By David Green-Morgan on September 12th, 2019
Benjamin Chow provided data analysis for this article.
While the Australian property market has long been regarded as the most transparent location within Asia Pacific and one of the most transparent globally, there is one element of the market that has remained rather opaque. Many of the largest institutional investment assets in Australia have multiple owners, in contrast to what you find in most other developed markets around the world.
This multiple ownership model in Australia has been around for several decades and was initially driven by high prices. The prospect of shared ownership was preferred as a way to spread risk and avoid having a significant percentage of one’s portfolio locked up in one very large asset. It became so popular that approximately half of all the major office assets in Sydney and a quarter of those in Melbourne have multiple owners.
However, the tide may be turning as the investment opportunities in Australian office markets grow and the amount of capital dedicated to property investment increases, from both domestic and overseas capital groups. Two of Australia’s landmark transactions so far in 2019 have involved buildings owned by multiple investors passing into single ownership.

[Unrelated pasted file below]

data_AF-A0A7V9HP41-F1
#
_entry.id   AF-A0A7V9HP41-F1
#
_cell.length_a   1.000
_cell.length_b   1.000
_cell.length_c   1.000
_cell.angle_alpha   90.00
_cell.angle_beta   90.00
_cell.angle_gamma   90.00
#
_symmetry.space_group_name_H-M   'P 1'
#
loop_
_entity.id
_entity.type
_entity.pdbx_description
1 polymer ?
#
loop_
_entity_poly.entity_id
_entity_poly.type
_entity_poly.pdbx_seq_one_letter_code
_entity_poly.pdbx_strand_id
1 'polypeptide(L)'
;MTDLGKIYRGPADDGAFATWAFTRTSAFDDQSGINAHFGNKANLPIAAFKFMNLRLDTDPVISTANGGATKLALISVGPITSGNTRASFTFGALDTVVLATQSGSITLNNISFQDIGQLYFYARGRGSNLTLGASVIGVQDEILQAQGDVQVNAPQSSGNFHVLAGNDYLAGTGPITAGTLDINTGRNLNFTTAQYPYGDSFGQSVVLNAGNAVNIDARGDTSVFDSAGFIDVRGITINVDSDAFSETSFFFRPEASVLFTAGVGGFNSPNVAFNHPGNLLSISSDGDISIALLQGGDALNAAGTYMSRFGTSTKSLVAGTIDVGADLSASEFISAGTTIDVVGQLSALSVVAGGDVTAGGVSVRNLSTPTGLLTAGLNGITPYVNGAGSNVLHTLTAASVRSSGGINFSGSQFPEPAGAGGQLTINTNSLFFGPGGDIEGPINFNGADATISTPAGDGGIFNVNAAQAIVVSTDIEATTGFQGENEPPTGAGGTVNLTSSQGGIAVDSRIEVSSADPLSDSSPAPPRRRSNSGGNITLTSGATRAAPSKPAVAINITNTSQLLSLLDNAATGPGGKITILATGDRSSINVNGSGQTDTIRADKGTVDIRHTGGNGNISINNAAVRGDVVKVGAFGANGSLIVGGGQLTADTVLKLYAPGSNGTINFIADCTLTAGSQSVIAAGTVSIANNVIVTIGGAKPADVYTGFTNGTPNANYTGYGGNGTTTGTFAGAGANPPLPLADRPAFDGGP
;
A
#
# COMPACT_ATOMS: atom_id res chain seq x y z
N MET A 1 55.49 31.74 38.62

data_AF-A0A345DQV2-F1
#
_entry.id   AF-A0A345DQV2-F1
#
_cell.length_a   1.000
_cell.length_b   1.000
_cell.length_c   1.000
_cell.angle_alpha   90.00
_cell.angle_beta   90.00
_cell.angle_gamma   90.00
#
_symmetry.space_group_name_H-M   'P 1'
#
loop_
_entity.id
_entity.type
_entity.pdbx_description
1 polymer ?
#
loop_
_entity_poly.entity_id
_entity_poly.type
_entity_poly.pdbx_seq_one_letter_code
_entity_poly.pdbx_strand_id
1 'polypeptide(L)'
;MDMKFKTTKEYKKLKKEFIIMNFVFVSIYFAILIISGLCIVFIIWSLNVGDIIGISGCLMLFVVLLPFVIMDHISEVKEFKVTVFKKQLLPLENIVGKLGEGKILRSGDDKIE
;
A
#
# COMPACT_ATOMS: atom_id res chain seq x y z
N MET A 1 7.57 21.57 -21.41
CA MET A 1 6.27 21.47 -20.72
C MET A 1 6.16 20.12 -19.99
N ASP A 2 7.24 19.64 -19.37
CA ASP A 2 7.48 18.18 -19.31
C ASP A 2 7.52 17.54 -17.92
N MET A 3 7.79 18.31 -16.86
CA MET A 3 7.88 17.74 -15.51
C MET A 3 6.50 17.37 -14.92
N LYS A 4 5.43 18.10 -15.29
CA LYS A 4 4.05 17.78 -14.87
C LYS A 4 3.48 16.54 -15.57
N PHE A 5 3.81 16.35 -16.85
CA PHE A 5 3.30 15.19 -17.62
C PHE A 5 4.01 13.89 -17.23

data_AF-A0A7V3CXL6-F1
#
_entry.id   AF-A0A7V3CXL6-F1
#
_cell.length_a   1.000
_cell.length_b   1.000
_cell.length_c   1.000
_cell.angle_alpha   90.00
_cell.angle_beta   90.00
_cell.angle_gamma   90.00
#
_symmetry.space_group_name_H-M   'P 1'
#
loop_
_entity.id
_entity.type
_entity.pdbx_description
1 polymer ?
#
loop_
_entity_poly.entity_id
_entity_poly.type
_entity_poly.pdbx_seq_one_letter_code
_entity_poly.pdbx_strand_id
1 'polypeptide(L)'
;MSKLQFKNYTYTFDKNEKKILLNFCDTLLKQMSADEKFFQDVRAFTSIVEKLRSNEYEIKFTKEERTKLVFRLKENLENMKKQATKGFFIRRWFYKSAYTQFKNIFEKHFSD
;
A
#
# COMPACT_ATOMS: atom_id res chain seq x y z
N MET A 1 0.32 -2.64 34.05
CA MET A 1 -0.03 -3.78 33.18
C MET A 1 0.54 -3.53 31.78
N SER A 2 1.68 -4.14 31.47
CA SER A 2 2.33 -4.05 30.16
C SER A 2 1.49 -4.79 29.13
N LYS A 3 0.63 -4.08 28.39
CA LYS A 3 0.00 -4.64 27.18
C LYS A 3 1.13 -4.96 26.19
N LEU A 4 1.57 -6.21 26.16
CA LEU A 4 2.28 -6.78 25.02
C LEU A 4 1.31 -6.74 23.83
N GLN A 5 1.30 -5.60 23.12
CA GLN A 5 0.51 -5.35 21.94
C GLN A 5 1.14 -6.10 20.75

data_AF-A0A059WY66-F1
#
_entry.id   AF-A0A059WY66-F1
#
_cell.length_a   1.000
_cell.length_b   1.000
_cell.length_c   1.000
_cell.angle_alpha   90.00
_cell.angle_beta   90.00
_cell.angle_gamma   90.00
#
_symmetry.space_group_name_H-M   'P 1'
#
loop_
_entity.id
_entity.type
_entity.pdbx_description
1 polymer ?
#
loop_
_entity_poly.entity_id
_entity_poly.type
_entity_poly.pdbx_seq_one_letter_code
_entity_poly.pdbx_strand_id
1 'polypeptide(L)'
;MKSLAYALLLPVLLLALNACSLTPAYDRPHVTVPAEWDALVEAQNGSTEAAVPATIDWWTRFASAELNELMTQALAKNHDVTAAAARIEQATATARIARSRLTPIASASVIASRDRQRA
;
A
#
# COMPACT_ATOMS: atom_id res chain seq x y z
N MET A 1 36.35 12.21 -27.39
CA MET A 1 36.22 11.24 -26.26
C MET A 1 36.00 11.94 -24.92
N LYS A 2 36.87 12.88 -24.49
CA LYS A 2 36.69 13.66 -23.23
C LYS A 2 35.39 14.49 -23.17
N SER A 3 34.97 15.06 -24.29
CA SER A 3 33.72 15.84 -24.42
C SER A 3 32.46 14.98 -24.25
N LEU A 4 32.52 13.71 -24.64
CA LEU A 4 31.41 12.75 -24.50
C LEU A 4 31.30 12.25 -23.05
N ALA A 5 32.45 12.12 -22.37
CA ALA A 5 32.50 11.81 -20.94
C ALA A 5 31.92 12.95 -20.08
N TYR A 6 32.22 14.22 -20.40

In April, Dexus purchased their outstanding 50% stake in Sydney’s MLC center from GPT in an AU$800 million (US$570 million) deal. The transaction will provide Dexus with full control to progress with an upgrading of the retail component. In Melbourne, the unlisted GPT Wholesale Office Fund exercised its preemptive right to buy the remaining stake in 2 Southbank Boulevard for AU$325 million from Frasers Property Australia.
With over AU$5.7 billion already recorded and the potential for other multi-owned buildings to transact, 2019 could well prove to be a record year. The previous peak of AU$6.5 billion was in 2017 when several major shopping centers in Australia moved into single ownership.
The office market is seeing a particular focus due to increased uncertainty in the retail sector since 2017, and a lack of suitable investment opportunities in the industrial and institutional residential sectors. We can expect this investment trend to continue while performance across the office market remains strong, with low vacancy rates and rental growth.
This trend was first noted in the Q2 2019 edition of Asia Pacific Capital Trends. To learn more about how to receive this Real Capital Analytics report, and reports for commercial real estate trends across the globe, please contact us.
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